Koreas Mark 61st Anniversary of War Armistice

Muted observances on both sides of heavily-armed Demilitarized Zone that separates two decades-long enemies More

Featured Videos

Your JavaScript is turned off or you have an old version of Adobe's Flash Player. Get the latest Flash player.
Students in Business for Themselvesi
X
Mike O'Sullivan
July 26, 2014 11:04 AM
They're only high school students, but they are making accessories for shoes, fabricating backpacks and doing product photography - all through their own businesses. It's the result of a partnership between a non-profit organization that teaches entrepreneurship and their schools. VOA's Mike O'Sullivan and Deyane Moses met the budding entrepreneurs near Los Angeles.
Video

Video Students in Business for Themselves

They're only high school students, but they are making accessories for shoes, fabricating backpacks and doing product photography - all through their own businesses. It's the result of a partnership between a non-profit organization that teaches entrepreneurship and their schools. VOA's Mike O'Sullivan and Deyane Moses met the budding entrepreneurs near Los Angeles.
Video

Video Astronauts Train in Underwater Lab

In the world’s only underwater laboratory, four U.S. astronauts train for a planned visit to an asteroid. The lab - called Aquarius- is located five kilometers off Key Largo, in southern Florida. Living in close quarters and making excursions only into the surrounding ocean, they try to simulate the daily routine of a crew that will someday travel to collect samples of a rock orbiting far away from earth. VOA’s George Putic has more.
Video

Video Not Even Monks Spared From Thailand’s Junta-Backed Morality Push

With Thailand’s military government firmly in control after May’s bloodless coup, authorities are carrying out plans they say are aimed at restoring discipline, morality and patriotism to all Thais. The measures include a crackdown on illegal gambling, education reforms to promote students’ moral development, and a new 24-hour phone hotline for citizens to report misbehaving monks. Steve Sandford reports from Bangkok.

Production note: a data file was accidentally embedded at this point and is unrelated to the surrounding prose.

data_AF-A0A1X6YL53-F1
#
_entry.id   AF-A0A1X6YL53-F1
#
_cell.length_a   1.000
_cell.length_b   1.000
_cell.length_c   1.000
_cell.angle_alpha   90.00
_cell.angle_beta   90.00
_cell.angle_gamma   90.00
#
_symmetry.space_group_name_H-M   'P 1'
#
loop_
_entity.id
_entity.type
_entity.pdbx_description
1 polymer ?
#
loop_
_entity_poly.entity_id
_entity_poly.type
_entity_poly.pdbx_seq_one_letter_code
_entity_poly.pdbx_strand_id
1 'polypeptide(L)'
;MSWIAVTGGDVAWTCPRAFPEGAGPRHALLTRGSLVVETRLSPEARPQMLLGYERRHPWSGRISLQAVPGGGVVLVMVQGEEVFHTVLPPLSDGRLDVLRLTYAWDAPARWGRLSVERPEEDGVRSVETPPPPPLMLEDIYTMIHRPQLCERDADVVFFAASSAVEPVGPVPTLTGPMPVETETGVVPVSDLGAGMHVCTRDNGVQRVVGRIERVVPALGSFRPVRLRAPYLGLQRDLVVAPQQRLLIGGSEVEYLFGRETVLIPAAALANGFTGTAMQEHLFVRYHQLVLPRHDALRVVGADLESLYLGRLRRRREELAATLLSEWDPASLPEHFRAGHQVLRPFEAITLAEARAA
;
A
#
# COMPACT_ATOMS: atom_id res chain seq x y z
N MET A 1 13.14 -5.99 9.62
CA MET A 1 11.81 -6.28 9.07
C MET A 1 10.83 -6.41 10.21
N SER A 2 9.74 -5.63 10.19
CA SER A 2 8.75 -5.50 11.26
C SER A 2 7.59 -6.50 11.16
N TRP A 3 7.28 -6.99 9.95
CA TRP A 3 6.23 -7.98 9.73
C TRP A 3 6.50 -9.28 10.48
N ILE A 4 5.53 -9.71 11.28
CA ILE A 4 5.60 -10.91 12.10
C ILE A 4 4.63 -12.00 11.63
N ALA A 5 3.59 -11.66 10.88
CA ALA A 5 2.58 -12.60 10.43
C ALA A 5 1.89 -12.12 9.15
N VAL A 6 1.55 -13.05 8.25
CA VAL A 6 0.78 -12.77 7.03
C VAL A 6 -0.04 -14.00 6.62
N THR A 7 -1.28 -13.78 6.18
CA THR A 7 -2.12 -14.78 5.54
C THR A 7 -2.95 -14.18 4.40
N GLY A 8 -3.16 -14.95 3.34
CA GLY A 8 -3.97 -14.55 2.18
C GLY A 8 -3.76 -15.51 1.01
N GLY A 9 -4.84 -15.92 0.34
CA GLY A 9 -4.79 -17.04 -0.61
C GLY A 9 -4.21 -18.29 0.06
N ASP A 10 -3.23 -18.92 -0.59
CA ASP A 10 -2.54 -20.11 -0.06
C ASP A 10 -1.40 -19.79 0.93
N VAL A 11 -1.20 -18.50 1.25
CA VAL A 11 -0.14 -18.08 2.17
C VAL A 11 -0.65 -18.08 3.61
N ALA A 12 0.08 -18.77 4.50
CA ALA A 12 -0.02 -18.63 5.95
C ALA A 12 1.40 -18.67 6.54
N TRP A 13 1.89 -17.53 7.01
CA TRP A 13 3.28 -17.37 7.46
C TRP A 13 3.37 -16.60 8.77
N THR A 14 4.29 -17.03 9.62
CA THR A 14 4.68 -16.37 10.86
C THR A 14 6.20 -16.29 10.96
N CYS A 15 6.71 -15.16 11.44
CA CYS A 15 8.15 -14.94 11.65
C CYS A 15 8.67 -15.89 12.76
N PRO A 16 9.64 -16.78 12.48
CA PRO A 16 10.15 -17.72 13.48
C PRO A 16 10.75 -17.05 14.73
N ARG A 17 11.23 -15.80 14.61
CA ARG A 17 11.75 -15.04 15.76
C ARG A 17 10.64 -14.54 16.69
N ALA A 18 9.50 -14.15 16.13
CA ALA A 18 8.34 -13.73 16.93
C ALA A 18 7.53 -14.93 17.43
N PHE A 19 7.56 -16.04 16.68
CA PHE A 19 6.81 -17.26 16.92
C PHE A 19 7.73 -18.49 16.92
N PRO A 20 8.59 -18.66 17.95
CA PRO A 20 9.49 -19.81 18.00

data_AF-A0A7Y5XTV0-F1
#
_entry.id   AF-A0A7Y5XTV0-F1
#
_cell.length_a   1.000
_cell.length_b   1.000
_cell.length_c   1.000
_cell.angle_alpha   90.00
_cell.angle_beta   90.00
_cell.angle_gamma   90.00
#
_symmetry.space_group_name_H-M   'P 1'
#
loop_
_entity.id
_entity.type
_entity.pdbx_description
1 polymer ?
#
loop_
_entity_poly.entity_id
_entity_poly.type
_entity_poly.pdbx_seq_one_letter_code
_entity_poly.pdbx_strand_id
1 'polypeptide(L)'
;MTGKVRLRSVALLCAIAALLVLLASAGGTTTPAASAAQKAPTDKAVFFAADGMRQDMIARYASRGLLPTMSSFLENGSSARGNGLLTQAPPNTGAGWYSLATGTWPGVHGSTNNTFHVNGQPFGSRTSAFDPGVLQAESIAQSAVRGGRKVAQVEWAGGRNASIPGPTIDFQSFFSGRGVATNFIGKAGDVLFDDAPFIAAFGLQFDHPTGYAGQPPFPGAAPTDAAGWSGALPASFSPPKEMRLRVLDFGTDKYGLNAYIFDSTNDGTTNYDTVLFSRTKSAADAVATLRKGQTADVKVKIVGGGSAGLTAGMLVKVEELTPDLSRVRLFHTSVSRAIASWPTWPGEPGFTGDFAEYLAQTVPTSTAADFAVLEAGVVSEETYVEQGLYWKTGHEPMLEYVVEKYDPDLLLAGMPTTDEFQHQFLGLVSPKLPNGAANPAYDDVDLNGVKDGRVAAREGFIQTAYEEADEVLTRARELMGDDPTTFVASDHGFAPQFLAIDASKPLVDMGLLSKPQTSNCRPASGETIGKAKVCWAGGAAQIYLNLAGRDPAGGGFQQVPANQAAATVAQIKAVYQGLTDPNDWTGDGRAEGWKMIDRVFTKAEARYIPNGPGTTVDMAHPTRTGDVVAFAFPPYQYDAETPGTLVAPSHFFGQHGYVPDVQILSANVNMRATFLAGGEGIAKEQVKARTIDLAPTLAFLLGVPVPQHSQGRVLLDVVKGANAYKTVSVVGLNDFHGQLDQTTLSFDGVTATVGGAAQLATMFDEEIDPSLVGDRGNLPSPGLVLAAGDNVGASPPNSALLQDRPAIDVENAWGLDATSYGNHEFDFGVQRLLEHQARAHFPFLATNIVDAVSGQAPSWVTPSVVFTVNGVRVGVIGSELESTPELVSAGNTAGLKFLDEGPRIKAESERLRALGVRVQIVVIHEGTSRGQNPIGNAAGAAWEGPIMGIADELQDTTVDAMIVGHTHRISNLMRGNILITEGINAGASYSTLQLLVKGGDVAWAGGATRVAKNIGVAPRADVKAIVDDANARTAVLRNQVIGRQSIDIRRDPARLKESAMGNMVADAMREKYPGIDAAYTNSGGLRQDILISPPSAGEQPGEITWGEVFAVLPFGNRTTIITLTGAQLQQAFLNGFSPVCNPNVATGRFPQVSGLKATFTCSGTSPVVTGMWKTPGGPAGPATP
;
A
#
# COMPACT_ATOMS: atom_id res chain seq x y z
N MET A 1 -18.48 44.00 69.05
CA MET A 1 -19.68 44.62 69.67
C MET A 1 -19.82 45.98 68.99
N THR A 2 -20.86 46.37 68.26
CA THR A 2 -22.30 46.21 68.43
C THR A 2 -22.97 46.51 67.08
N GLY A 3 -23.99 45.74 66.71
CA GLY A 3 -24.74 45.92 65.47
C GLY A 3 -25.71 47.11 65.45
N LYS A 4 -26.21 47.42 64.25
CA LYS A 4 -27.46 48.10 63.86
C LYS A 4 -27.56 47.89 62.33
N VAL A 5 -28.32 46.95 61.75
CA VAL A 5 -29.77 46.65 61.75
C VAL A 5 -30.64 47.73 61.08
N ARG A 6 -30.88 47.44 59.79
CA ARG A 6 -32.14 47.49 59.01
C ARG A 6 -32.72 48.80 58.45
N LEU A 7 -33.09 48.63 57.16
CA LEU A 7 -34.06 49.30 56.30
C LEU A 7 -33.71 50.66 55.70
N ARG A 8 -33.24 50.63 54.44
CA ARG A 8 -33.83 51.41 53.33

Video

Video Virtual Program Teaches Farming Skills

In a fast-changing world beset by unpredictable climate conditions, farmers cannot afford to ignore new technology. Researchers in Australia are developing an online virtual world program to share information about climate change and more sustainable farming techniques for sugar cane growers. As VOA's Zlatica Hoke reports, the idea is to create a wider support network for farmers.
Video

Video Airline Expert: Missile will Show Signature on Debris

The debris field from Malaysia Airlines Flight 17 is spread over a 21-kilometer radius in eastern Ukraine. It is expected to take investigators months to sort through the airplane pieces to learn about the missile that brought down the jetliner and who fired it. VOAs Carolyn Presutti explains how this work will be done.
Video

Video Treatment for Childhood Epilepsy Heats up Medical Marijuana Debate

In the United States, marijuana is classed as an illegal drug by the federal government. But nearly half the states have legalized it, to some degree. Proponents say some strains of marijuana might have exceptional health benefits, for treating pain or inflammation in chronic conditions such as cancer, multiple sclerosis and epilepsy. Shelley Schlender reports on a strain of medical marijuana developed in Colorado that is reputed to reduce seizures in childhood epilepsy
Video

Video Airbus Adds Metal 3D Printed Parts to New Jets

By the end of this year, European aircraft manufacturing consortium Airbus plans to deliver the first of its new, extra-wide-body passenger jets, the A350-XWB. Among other technological innovations, the new plane will also incorporate metal parts made in a 3-D printer. VOA's George Putic has more.
Video

Video AIDS Conference Welcomes Exciting Developments in HIV Treatment, Prevention

Significant strides have been made in recent years toward the treatment and prevention of HIV, the virus that causes AIDS. This year, at the International AIDS Conference, the AIDS community welcomed progress on a new pill that may prevent transmission of the deadly virus. VOA’s Anita Powell reports from Melbourne, Australia.
Video

Video IAEA: Iran Turns its Enriched Uranium Into Less Harmful Form

Iran has converted its stockpiles of enriched uranium into a less dangerous form that is more difficult to use for nuclear weapons, according to the United Nations’ Atomic Energy Agency. The move complies with an interim deal reached with Western powers on Iran's nuclear program last year, in exchange for easing of sanctions. Henry Ridgwell reports for VOA from London.

AppleAndroid